Friday, September 24, 2010
Fixing the BCS: Is Tax Law the Trick?
As many college football fans know - this writer among them - the Bowl Championship Series ("BCS") is not without flaws. Since the inception of the BCS during the 1998 football season, the powers that be have tweaked the Series many times in an effort to address these shortcomings.
Yesterday, however, a group known as PlayoffPAC filed a complaint with the Internal Revenue Service in an effort to spur further change. What makes PlayoffPAC unique is not that it's an outside organization seeking change through the legal system - many challenges have been attempted against the BCS on antitrust grounds - but rather that they are attempting to change the BCS by way of tax law. In effect, PlayoffPAC is saying that the BCS has abused its status as a tax-exempt organization to "(i) pay excessive compensation to their executives, (ii) make undisclosed lobbyist contributions, (iii) intervene in political campaigns, and (iv) provide substantial private benefit to insiders."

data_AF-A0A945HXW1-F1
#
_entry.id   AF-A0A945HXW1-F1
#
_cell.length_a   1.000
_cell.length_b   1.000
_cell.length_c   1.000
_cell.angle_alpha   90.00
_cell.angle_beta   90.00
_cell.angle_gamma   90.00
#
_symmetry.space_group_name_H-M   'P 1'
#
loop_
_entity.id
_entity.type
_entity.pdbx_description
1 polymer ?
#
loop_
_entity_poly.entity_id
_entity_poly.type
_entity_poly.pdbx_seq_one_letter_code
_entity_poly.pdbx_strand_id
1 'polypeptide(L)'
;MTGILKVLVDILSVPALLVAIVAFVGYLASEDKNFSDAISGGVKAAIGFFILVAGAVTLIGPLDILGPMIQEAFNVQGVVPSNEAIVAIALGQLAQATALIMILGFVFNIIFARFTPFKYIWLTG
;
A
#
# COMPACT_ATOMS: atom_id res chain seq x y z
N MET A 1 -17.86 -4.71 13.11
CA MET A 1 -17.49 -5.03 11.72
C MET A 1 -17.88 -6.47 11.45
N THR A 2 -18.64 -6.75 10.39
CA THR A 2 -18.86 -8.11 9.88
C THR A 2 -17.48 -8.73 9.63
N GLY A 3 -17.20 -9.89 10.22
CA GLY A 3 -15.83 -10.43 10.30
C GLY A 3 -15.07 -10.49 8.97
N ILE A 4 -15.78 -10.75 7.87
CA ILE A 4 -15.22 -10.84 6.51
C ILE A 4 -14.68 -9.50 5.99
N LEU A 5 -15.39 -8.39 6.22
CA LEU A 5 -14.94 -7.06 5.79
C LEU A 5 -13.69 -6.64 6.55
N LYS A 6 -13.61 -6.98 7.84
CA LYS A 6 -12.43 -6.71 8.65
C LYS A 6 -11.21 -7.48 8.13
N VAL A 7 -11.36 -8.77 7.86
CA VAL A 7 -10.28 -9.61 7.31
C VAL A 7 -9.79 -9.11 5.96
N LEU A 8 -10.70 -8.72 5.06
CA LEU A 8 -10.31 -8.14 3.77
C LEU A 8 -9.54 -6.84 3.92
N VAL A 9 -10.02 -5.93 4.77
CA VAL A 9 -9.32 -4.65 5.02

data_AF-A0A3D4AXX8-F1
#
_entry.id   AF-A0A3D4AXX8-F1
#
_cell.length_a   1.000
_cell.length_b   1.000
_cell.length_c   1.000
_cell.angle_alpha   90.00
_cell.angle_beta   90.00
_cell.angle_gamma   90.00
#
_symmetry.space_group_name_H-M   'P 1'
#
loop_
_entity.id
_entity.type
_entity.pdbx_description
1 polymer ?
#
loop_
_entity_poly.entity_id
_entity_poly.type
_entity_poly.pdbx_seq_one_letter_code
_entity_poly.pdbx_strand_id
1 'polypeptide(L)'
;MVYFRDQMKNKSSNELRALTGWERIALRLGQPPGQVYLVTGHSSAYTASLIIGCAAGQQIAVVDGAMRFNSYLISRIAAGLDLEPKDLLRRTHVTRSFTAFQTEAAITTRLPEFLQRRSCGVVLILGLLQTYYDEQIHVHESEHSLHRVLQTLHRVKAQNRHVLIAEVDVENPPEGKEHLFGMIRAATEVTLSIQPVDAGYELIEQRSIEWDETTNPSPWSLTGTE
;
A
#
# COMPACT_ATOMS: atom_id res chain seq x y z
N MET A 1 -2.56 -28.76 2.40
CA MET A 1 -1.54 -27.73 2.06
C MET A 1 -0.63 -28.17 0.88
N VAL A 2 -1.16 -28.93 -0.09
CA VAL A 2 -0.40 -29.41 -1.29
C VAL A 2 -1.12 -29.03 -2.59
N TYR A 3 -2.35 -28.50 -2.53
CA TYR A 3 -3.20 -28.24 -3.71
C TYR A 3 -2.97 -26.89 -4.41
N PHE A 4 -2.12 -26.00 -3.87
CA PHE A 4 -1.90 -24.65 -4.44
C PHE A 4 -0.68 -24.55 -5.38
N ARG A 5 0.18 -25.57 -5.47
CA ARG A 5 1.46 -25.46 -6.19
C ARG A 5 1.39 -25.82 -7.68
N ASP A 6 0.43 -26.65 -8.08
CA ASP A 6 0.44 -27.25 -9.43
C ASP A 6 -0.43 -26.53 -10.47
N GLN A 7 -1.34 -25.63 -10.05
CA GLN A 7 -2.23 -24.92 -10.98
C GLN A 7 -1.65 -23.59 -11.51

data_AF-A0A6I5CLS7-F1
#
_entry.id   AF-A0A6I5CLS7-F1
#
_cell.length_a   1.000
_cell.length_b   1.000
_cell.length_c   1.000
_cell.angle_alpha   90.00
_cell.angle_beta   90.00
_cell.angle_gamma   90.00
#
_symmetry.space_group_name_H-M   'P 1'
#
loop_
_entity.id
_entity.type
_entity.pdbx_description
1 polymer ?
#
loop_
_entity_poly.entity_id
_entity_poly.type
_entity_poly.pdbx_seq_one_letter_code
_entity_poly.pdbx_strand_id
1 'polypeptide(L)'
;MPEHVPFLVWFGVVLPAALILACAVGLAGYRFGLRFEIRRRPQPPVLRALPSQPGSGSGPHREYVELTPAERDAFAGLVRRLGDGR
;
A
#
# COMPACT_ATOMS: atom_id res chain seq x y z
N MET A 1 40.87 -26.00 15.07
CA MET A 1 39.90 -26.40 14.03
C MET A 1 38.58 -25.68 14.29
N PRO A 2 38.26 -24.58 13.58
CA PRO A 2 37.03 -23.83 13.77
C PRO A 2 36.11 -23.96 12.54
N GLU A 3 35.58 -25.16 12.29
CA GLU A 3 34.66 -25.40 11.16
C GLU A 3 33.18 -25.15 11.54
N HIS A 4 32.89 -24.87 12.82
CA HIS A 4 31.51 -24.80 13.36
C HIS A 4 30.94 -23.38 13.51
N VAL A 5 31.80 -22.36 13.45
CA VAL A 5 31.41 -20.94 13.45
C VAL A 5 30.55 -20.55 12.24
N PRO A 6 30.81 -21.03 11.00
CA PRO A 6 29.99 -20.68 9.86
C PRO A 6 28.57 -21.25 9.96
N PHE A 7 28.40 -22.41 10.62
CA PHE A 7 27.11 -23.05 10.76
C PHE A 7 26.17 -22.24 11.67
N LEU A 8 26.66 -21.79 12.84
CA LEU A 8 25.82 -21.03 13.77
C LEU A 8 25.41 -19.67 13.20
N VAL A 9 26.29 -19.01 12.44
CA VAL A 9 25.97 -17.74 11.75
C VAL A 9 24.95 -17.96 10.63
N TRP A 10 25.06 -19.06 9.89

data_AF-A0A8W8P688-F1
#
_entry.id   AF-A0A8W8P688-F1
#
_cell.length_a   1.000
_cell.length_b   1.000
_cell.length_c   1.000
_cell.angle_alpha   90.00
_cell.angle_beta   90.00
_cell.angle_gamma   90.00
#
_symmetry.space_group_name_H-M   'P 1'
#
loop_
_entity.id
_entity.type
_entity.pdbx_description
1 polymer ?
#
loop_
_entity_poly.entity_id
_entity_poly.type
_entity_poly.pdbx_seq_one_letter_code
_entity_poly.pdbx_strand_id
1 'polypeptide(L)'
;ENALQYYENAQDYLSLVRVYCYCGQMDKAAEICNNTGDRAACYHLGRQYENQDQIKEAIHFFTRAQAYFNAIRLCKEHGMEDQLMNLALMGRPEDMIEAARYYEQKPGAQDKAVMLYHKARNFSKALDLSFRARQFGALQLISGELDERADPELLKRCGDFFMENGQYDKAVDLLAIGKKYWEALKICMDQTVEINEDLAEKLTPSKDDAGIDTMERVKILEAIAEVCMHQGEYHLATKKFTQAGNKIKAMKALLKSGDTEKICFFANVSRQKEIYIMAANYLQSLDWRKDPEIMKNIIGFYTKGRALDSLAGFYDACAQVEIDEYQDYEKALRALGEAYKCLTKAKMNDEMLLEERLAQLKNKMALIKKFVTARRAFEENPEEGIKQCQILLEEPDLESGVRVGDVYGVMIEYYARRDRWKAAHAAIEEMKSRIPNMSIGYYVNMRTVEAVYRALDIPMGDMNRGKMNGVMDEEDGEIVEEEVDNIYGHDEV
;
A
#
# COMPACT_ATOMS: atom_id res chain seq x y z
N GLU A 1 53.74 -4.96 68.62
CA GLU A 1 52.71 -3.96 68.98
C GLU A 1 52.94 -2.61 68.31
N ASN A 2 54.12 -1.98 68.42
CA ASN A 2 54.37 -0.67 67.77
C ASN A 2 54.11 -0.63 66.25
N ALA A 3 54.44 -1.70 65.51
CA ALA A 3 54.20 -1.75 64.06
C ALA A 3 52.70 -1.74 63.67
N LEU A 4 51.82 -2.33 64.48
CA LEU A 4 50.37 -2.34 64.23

How the IRS will come down on the issue remains to be seen, but, as this writer knows (and will be posting frequently on this topic thanks to his law review note), college football and basketball programs are pushing, and perhaps crossing over, the limits of what their tax-exempt charters allow.
While there are some deficiencies in PlayoffPAC's complaint, it will be interesting to see if tax law, rather than the outcry of many a college football fan, is what ultimately changes the BCS.
For further reading, check out this post by a very well regarded tax scholar. In his post he links to many popular press articles regarding PlayoffPAC's complaint.